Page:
In my work, I am surprised at how many times I come across carts placed squarely in front of horses in terms of how R&D resources are invested in product and service innovation. Too often I see teams that have already invested heavily in solving some problem before considering if it’s really likely to be the best opportunity they could pursue. Even worse, I see plenty of developed technology in the research lab that is touted as solving a problem, but it’s just wandering around in search of any market that actually suffers from that problem. Why is it so easy for smart people to focus their laser-like talents on creative R&D without being strategic about where their efforts are likely to prove the most beneficial?
It turns out to be a surprisingly steep uphill struggle to convince people that taking certain strategically critical research steps early on prior to prototyping is worth it. And it’s not just the steps you take that matters; the order in which you take them is important too. Based on 20 years of experience of seeing my own and others’ projects founder for the lack of those steps or because they were done too late, I developed a method we call “Opportunity Discovery” that helps make sure each necessary research and analysis step takes place at the most advantageous time in the process of product or service innovation. I can’t detail this entire proprietary process here, but I will outline the main steps in order (although they can be somewhat parallelized):
1. Collect: Gather information about your own organization’s resources and strategic direction; know what you can leverage in-house. You’d be surprised at how balkanized employees in large corporations are, to the point where you often see irrelevant, duplicated, or even internally competitive R&D effort.
2. Analyze: Analyze what’s happening in the world and how things are changing. Major change offers the most fertile ground for big opportunities.
3. Target: Concentrate on areas where, perhaps because of colliding trends, there is a high probability of change and even disruption. Aim to be there first or at least before a dominant player can emerge.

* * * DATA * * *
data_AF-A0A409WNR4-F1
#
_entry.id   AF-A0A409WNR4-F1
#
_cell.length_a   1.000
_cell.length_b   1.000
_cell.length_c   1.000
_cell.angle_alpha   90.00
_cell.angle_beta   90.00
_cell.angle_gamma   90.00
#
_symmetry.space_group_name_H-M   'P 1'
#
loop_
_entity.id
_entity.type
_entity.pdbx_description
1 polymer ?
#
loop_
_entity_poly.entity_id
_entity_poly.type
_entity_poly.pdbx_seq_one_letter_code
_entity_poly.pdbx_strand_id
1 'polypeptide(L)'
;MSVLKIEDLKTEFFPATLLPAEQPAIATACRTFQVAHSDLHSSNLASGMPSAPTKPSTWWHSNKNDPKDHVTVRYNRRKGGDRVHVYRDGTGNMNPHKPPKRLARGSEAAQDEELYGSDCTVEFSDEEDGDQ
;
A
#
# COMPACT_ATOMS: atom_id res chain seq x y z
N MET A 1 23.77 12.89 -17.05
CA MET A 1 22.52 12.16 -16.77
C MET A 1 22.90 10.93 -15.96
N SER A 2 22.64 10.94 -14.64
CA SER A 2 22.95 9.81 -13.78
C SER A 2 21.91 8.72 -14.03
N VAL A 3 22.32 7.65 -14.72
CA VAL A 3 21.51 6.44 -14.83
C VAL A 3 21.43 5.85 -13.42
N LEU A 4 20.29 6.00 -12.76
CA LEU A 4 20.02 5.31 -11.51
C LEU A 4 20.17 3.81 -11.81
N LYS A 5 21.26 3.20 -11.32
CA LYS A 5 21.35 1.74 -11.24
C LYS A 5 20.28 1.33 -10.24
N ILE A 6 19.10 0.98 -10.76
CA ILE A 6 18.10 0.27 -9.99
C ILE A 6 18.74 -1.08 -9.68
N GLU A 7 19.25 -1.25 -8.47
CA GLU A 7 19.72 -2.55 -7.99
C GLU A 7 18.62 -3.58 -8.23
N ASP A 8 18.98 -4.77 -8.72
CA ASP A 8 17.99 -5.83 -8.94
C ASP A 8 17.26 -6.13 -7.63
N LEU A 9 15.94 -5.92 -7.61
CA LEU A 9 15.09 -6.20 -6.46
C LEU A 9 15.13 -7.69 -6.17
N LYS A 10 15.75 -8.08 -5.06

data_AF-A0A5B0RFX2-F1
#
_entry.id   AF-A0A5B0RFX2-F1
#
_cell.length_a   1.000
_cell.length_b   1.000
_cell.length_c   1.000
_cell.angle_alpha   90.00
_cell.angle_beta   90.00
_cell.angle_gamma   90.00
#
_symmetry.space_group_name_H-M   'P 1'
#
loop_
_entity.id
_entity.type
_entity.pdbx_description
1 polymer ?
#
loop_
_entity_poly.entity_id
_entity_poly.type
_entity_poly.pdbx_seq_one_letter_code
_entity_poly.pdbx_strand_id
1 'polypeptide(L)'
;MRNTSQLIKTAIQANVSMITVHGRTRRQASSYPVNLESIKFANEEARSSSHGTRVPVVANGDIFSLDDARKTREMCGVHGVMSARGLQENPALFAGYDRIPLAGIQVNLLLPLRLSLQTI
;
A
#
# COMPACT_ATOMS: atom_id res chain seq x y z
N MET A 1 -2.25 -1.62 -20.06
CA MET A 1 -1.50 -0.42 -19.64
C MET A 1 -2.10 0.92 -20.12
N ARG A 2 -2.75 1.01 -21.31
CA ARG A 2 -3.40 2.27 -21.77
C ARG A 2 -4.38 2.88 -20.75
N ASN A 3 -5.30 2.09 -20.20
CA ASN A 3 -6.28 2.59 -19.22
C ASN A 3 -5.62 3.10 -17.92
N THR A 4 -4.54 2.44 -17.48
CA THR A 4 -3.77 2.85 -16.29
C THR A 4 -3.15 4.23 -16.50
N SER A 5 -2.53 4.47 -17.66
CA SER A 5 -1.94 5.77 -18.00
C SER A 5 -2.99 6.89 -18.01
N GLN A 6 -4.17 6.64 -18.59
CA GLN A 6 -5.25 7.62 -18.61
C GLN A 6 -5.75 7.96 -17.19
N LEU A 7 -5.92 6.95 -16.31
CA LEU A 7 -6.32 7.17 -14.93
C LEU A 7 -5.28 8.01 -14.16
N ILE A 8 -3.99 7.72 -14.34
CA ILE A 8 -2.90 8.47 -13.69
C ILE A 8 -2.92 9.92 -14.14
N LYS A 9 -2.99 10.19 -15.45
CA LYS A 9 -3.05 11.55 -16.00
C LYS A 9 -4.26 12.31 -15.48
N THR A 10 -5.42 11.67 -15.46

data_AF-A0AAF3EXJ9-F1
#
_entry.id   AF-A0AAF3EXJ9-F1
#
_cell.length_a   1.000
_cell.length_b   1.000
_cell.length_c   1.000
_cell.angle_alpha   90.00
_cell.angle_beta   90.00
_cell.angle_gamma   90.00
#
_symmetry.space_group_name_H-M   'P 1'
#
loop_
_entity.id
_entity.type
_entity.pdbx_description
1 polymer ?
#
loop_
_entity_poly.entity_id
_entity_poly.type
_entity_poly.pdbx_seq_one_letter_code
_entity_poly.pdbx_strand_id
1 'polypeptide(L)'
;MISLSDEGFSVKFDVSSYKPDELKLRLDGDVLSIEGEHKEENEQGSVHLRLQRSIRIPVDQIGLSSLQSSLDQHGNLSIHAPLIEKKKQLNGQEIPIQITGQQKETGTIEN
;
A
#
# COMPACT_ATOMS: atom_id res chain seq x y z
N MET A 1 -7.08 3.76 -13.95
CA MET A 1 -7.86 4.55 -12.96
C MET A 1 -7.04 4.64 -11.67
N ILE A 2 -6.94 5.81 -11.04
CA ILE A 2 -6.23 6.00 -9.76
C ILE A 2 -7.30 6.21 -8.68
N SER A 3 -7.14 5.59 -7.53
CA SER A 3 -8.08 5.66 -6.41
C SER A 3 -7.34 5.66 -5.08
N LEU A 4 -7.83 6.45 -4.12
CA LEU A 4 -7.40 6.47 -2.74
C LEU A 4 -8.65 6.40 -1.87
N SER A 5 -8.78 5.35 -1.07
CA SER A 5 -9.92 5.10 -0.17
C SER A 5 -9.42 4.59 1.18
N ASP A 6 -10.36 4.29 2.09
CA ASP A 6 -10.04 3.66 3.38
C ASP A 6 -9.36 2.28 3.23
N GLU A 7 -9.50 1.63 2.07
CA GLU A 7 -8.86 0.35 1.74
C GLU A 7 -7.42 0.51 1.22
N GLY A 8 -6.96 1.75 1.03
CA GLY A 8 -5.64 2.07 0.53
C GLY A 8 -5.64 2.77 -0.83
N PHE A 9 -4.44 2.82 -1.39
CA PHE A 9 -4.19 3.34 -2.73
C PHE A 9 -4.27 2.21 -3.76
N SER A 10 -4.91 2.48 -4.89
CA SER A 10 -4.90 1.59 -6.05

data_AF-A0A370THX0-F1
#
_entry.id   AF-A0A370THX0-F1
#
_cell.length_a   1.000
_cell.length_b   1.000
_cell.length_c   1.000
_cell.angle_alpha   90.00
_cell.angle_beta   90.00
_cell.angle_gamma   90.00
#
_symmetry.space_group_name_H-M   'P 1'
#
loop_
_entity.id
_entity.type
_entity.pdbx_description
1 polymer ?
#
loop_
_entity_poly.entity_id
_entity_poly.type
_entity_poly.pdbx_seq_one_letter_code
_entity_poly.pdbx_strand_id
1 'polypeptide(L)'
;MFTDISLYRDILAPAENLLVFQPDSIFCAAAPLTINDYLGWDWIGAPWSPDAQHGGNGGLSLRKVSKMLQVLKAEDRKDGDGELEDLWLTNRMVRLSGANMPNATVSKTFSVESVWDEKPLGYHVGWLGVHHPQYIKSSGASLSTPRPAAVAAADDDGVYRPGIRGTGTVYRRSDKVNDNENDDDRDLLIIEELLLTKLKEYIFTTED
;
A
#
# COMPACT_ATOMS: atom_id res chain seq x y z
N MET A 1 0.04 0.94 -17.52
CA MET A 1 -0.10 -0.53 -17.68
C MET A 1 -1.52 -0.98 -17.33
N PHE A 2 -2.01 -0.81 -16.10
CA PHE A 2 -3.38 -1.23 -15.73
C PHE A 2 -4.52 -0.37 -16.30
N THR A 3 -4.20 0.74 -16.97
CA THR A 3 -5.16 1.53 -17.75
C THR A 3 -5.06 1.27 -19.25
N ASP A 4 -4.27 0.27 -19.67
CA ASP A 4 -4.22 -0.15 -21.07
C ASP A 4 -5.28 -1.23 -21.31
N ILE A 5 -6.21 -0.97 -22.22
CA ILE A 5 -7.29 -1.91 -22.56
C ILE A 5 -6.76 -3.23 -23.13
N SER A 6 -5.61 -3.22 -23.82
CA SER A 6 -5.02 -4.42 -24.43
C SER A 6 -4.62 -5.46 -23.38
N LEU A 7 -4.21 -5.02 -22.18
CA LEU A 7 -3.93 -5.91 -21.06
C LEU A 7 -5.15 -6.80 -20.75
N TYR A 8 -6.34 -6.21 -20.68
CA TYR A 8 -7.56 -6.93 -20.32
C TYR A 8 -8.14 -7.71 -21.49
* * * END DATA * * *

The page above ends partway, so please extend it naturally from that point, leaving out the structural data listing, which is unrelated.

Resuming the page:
4. Discuss: Talk to diverse people about what’s happening in those spheres and what their needs are or are likely to be as a result. Pick the brains of experts in those areas who can give you the best, customized synopsis as to why your organization should care about those areas, in relation to what you learned in step one above. The most successful entrepreneurs I have met always seem to be asking lots of questions.
5. Assess: Develop a clear picture of what a good opportunity would look like for your organization, especially in terms of your strengths and weaknesses, based on steps one and four.
6. Imagine Broadly: Consider many, many possible opportunities, drawing on lots of people’s wisdom; keep your funnel open wide early on.
7. Eliminate Systematically: Focus on eliminating possibilities as early, cheaply, and systematically as you can, based on what you learned in steps one through five.
8. Do Not Commit: Keep all viable possibilities open while you investigate them in more depth, but only until you can rule them out. We use a structured template at PARC to help us organize our analysis. It includes things like understanding the specific stakeholder requirements we are addressing and who we might need to partner with to bring a solution to market.
9. Mind the Gap(s): Do a thorough competitive analysis and learn from the competition individually and overall. Find the gaps where there are no good solutions and assess if and how you can plug them better than anyone else.
10. Choose and Verify: Choose the most promising remaining opportunity and verify assumptions.
Step 10 is the point where most R&D endeavors start, so I will conclude there, since a number of well-known, rigorous processes exist such as user experience research, iterative prototyping, and Eric Ries’ Lean Startup method. Suffice it to say that the preceding nine steps can be completed in a few weeks and drastically reduce the risk of investing heavily in developing a cart with no wheels. In fact this is a major area where we help our clients with tools we have developed to streamline this process.
In most cases, however, it seems a product or service opportunity is chosen based on intuition, a personal preference, or a top-down directive from management. And I have seen millions of dollars plowed into engineering before teams realize that their “solution” doesn’t have a market and belatedly start to do some of the above activities. No wonder everyone in high-tech innovation knows what the new meaning of the word “pivot” is.
Read PARC’s new white paper “The Camera Doesn’t Lie: Rapid Observation to Create Better Customer Experiences“